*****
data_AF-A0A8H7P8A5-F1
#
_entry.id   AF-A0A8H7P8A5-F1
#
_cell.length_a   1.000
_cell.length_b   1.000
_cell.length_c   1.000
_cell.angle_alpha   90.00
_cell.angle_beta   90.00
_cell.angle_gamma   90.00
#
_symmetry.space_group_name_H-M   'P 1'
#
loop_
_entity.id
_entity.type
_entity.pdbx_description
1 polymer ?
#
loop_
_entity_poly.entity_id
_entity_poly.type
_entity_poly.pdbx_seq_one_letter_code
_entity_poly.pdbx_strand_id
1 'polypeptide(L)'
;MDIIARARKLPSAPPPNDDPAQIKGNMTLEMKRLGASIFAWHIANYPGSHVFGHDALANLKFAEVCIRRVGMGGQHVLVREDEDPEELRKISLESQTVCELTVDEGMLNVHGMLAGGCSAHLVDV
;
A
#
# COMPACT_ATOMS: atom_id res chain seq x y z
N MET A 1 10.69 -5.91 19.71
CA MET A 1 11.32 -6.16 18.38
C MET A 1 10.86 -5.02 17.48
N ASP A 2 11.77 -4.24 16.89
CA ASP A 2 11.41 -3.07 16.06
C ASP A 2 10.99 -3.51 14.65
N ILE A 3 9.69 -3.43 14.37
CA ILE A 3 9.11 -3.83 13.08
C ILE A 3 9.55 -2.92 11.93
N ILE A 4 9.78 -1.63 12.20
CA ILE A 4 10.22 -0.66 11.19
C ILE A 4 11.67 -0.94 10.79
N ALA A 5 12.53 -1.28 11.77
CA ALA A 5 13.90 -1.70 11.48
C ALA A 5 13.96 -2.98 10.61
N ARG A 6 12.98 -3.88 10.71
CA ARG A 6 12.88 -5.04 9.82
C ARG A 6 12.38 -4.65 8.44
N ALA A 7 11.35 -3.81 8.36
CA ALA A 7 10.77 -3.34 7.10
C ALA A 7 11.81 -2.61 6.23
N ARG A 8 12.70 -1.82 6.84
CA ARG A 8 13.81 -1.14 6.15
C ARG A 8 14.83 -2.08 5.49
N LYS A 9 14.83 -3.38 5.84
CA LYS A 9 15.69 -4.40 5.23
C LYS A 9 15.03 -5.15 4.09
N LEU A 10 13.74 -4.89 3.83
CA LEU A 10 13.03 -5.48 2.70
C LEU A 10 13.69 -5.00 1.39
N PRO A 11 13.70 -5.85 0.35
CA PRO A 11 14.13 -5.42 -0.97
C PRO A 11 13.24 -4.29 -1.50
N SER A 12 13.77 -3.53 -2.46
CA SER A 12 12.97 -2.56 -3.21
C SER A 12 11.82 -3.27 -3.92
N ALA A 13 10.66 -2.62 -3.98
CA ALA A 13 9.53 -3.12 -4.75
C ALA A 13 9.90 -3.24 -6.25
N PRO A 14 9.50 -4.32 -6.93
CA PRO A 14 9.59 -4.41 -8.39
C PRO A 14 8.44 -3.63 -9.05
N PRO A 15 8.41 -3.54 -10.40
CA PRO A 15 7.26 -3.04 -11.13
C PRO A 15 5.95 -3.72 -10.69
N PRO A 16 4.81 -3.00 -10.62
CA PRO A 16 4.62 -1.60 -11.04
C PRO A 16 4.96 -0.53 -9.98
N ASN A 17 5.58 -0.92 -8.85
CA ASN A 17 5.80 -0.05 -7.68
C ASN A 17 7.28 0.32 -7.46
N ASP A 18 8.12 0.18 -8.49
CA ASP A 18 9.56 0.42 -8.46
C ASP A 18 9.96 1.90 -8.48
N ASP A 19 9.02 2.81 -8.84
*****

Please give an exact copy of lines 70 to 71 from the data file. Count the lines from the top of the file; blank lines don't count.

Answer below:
N PRO A 14 9.50 -4.32 -6.93
CA PRO A 14 9.59 -4.41 -8.39